Faking a Southern Accent
Boy, who would’ve thought that Chow, Baby’s new expertise on fried green tomatoes would come in handy so soon. Another concurrence: While munching on those yummies at the Whistle Stop Café in Juliette, Ga., a couple of weekends ago, Chow, Baby was also musing on restaurant fakeness.
The Whistle Stop Café didn’t actually exist before the 1991 movie; the building, a junk-tique store, was used as a set, and only after Fried Green Tomatoes started getting Oscar buzz did the building’s owner turn it into a restaurant. Now the whole block (the only block in Juliette, pretty much) is a tourist trap, specializing in postcards, t-shirts, train-flattened pennies, and the like. Chow, Baby got a refrigerator magnet ($2.50).
So the Whistle Stop Café is fake, in the sense that it’s not what it pretends to be. But on the other hand, it is a real café in small-town Georgia, with home-schooled cooks preparing great homestyle food. The fried green tomatoes were lovely, thin-sliced and lightly battered, and with a neat-o radish sauce tartly reminiscent of a remoulade. Not like the ones at Vidalia’s, which has just opened in the former Sam & Harry’s space in the Renaissance Worthington Hotel (the former Kalamatas space upstairs now appears to be chair storage). Vidalia’s calls itself a “modern Southern restaurant.” Chow, Baby calls it fake fake fake.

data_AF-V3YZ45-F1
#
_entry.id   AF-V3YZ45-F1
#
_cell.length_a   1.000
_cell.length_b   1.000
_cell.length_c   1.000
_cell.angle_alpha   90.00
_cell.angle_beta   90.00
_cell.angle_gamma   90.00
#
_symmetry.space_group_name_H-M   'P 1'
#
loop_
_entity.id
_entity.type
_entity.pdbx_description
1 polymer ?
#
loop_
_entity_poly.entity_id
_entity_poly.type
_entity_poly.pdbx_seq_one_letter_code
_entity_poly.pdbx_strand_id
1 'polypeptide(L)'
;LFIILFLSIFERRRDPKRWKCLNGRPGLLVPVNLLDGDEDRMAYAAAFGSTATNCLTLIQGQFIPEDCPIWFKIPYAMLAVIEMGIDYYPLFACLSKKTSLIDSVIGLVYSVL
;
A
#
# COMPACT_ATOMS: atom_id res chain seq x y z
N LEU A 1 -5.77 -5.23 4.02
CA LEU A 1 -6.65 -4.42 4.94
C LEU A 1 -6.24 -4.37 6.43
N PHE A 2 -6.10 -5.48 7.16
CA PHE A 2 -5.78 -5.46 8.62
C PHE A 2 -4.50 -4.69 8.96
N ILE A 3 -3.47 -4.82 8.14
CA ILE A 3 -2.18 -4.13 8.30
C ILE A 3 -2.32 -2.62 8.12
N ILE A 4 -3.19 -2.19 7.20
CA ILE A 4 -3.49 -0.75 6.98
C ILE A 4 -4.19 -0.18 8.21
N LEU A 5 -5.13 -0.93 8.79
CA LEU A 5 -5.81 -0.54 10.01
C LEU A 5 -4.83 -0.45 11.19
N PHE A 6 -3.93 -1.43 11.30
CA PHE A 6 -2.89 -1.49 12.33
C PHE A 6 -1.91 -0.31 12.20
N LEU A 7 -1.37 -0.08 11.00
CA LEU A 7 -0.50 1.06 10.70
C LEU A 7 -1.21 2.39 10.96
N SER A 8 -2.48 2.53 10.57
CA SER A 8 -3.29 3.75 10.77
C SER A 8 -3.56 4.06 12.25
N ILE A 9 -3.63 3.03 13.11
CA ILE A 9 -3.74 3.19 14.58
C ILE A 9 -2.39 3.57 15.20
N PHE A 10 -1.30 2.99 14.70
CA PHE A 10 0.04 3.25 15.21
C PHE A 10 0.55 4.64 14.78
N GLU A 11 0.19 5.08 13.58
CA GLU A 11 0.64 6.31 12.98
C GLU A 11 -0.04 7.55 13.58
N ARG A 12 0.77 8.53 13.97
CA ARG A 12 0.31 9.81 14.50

Vidalia’s fried green tomatoes ($6) are coated with traditional cornmeal but were sliced untraditionally thick, the size of hockey pucks, each tough bite a reminder that these things are called “green” because they’re not ripe. Modern? Sure; they looked chic, prettily stacked with slices of mozzarella and roasted peppers. But having had the fake-real thing, Chow, Baby isn’t impressed with Vidalia’s version. And Southern culture really hit the skids with Vidalia’s whimsical-drinks menu (“Bayou Backwater,” “Scarlet O’Hara”). Pointing out others’ typos is daring the word-processor gods, but Chow, Baby can’t let the “Kentucky Kernel” ($9) pass. Be witty if it were a corn-juice martini, but it’s not. Chow, Baby thinks the name is an homage, either to Kentucky Kernel-brand seasoned flour (great for fried chicken) or to ignorance.
Further ignorance-evidence arrived with Vidalia’s “smothered pork chop” ($21), a breaded-and-fried chop with a scant drizzle of gravy. No. No. Real smothered pork chops are the things you get for about $6.50 with two sides at Drew’s Place or Mom’s or Poly Grill – thick chops submerged in heavily peppered drippings-gravy, so fall-apart that not only do you not need a knife, you don’t even need a fork. A spoon’s the thing for salvaging every last morsel. At Vidalia’s the pork chop comes with a steak knife, and it’s necessary. Oh, this is a perfectly fine breaded chop, but it isn’t particularly Southern. The pecan-crusted chicken ($19), Vidalia’s “signature” dish, yielded the same reaction: fine, but not Southern-glorious. The clincher for Chow, Baby was the side of “Southern-braised greens.” They were excellent: earthy, rich, a little tangy. Collards? Mustard? Turnip? Any of the traditional Southern leafies?
Nope. Romaine and spinach. Like anybody’s mee-maw ever made romaine greens.
With its decent if overpriced food, classy décor, swanky bar, and fawning service, Vidalia’s target audience is obvious and sadly large: It’s the Southern restaurant for folks who go to P.F. Chang’s rather than Phat-Dat, to Cantina Laredo rather than El Asadero. Hope y’all have a great time. You’ll love the bread pudding.
Contact Chow, Baby at firstname.lastname@example.org.